A month ago, I found myself in Stockholm’s historic Gamla Stan island/neighborhood; I had taken a trip with some friends to Riga, and we decided to visit Sweden‘s capital city by taking the Tallink ferry over the Baltic Sea. We were to stay in Stockholm two nights, and I somehow booked one night each on both ends of the spectrum: the first night had us at a crowded hostel in Stockholm’s Norrmalm district, while the second night saw us move down about a 15 minute walk to the main tourist draw: Gamla Stan.
Gamla Stan is Stockholm’s Old Town, revolving around a small little island on which stands numerous buildings, many that are more than three centuries old. On the western side of this island, about a block away from a highway which connects Norrmalm and Södermalm, proudly stands the Victory Hotel.
As you enter the lobby, you are immediately aware that your stay at the Victory Hotel is going to be comfortable, at the very least. The interior of the lobby and the adjacent bar are outfitted to the fullest in nautically-themed decor. The theme fits the fetish that Sweden seems to have for maritime activities; the Victory Hotel could almost double as some naval museum: there are many artifacts on display all around, on the stairs are some perfect examples of sailors’ embroidery, and there’s even love letters you can read framed in the lobby from Lord Nelson to Lady Hamilton. The original hotel owners were fascinated with Lord Nelson, naming this hotel after his ship, the HMS Victory.
I arrived a bit early to check in, but the receptionist allowed my friend and me to leave our bags so that we could wander around. When we got back, we were given the key to our room (a key that’s heavy enough to drop your trousers should you put them in the pocket of pants without a belt), and we made our way up to our 4th floor room. The elevator is directly in front of the reception desk, a free-standing, glass-enclosed box in the very center of the lobby; if getting into it while people outside can see you from any of 360 angles doesn’t make you feel awkward, then perhaps its maddeningly-slow ascent might do it for you.
We got to our floor and went to our room, named after some late Swedish admiral or captain, as are all the other 44 rooms. Upon entering, it was quite surprising just how poshly the room was decorated; of course it was just as blue and ocean-y as the rest of the place in theme, but not tacky. The room was stocked with everything you could need: six different soaps and lotions in the bathroom, lights in every single cabinet and drawer, and even a trouser press!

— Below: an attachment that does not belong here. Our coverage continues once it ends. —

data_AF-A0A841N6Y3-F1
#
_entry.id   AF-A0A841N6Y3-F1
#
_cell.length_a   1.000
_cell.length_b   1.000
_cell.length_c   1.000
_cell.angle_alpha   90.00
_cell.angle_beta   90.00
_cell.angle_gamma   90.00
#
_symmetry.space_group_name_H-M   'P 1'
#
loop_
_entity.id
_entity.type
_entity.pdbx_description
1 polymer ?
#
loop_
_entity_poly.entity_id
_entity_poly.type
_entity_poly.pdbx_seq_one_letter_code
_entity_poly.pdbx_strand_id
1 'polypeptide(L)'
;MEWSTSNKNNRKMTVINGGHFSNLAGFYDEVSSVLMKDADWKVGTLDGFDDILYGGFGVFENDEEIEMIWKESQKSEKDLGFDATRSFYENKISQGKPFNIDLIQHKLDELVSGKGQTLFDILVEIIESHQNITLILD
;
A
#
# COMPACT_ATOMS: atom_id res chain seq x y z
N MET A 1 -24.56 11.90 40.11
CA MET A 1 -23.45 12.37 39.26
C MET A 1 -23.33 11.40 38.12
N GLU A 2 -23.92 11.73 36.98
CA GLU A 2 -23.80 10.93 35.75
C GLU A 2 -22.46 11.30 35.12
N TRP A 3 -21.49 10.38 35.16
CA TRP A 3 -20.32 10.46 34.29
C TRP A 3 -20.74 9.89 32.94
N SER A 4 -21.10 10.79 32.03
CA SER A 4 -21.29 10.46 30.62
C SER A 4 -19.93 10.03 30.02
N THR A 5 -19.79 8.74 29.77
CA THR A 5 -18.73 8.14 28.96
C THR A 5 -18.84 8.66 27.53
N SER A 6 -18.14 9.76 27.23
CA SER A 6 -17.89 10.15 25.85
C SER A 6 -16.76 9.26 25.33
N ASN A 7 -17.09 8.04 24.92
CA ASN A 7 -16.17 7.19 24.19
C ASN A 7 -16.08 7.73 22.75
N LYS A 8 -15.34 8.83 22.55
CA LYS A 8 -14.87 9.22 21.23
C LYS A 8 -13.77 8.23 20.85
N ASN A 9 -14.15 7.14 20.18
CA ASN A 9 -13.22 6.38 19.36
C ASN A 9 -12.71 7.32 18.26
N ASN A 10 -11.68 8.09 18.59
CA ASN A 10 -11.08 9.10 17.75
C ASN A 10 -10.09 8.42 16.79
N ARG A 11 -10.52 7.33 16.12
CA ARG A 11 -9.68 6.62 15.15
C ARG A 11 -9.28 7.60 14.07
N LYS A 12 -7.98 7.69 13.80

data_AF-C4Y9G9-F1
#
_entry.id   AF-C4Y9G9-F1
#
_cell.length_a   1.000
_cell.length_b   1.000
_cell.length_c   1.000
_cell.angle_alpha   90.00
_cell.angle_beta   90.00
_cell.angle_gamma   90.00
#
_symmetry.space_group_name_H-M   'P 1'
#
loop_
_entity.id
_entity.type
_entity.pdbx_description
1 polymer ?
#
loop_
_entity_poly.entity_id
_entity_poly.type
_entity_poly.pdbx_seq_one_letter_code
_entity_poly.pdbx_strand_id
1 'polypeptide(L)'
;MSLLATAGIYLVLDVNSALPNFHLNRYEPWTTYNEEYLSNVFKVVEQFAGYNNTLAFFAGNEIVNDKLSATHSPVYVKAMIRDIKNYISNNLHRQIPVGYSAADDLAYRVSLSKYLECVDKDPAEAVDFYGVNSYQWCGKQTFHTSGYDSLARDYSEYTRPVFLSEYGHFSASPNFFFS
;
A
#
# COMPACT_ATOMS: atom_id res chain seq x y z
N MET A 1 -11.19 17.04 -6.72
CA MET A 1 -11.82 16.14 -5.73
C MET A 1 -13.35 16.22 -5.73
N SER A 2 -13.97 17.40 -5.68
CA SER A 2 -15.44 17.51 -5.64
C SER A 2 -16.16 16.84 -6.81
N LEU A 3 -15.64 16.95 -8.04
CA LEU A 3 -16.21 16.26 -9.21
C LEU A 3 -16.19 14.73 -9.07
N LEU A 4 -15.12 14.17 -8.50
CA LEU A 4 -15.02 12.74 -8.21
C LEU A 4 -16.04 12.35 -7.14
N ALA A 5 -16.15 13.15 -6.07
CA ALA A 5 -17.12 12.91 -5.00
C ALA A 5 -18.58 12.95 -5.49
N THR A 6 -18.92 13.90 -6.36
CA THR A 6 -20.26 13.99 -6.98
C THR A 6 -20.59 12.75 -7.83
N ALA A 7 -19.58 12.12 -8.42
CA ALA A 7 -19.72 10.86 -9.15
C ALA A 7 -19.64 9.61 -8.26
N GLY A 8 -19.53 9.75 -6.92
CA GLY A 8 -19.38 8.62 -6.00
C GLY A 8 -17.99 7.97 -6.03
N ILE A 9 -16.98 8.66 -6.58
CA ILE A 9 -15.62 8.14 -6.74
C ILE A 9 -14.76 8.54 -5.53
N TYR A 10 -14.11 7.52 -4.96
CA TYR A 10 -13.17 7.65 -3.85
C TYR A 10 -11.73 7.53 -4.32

The bed was spacious and comfortably firm. A desk sat in the corner at a window overlooking the street below, and a sofa, chairs, a corner armoire, and coffee table finished off the furnishings. A television was conveniently mounted on a swiveling arm which was able to rotate from the bed to the salon area. Oh, and there’s a CD player, helping the room feel authentically antique 😉
The bathroom was just as detailed in design; dozens of different shower tiles were put together into a tasteful display. The towel rack is heated, of course, and the rest of the bathroom was outfitted in marble and pearly-white porcelain. And one other luxury, in case no one was convinced: the marble tiled floors are heated from beneath.
Dining Area and More
I didn’t get to try the bar or the restaurant, but it is said that they maintain one of the best wine cellars in all of Stockholm. Breakfast is included in the room’s cost, but I had to leave at 4:30 in the morning to catch my flight to Copenhagen, so I missed that; the receptionist did, however, ask me if he could make me something in the morning, since breakfast was not officially supposed to start until a few hours after I left. I was surprised at this kindness, and couldn’t help but give the hotel extra points for that simple gesture. Breakfast is served upstairs at the Tweed Bar, and other meals can be had the the hotel’s own Djuret restaurant, a renowned establishment that focuses on the meat of one animal at a time.
The hotel offers many luxury amenities, but many at a premium. Valet parking is available, reaching up to $80 for the service. There’s free wi-fi at least. An indoor pool, sauna, and spa area are located within the building. Room service is available 24-hours a day, and the hotel offers both laundry and dry cleaning services.
The Victory Hotel is in a great location for first-time tourists, and anybody wishing to give Gamla Stan a more thorough time. It is easily accessible from all main points in Stockholm’s Norrmalm district, as well as being equidistant to it and Södermalm. It’s located on a quaint little side street, not heavily trafficked by people on foot; while I was there, I never once took any taxi or form of public transportation, as its location is ideal. For those who want to take the train to and from, the Gamla Stan T-bana metro station is only a few blocks away.
The Victory Hotel is a great hotel, luxurious and opulent; however, it is quite expensive in relation to other hotels in Sweden’s capital city. True, Stockholm, and all Scandinavia in fact, is not known to be cheap, but the Victory Hotel is not a backpacker’s hotel (the kind I’m used to). Its (starting) $400 nightly rate is a bit steep, but it’s not ludicrous given the atmosphere of the hotel and the amenities and lavish comfort provided.
Victory Hotel | Lilla Nygatan 5, SE-111 28 Gamla Stan, Stockholm | +46 8 506 400 00 | firstname.lastname@example.org | thecollectorshotels.se/en/victory-hotel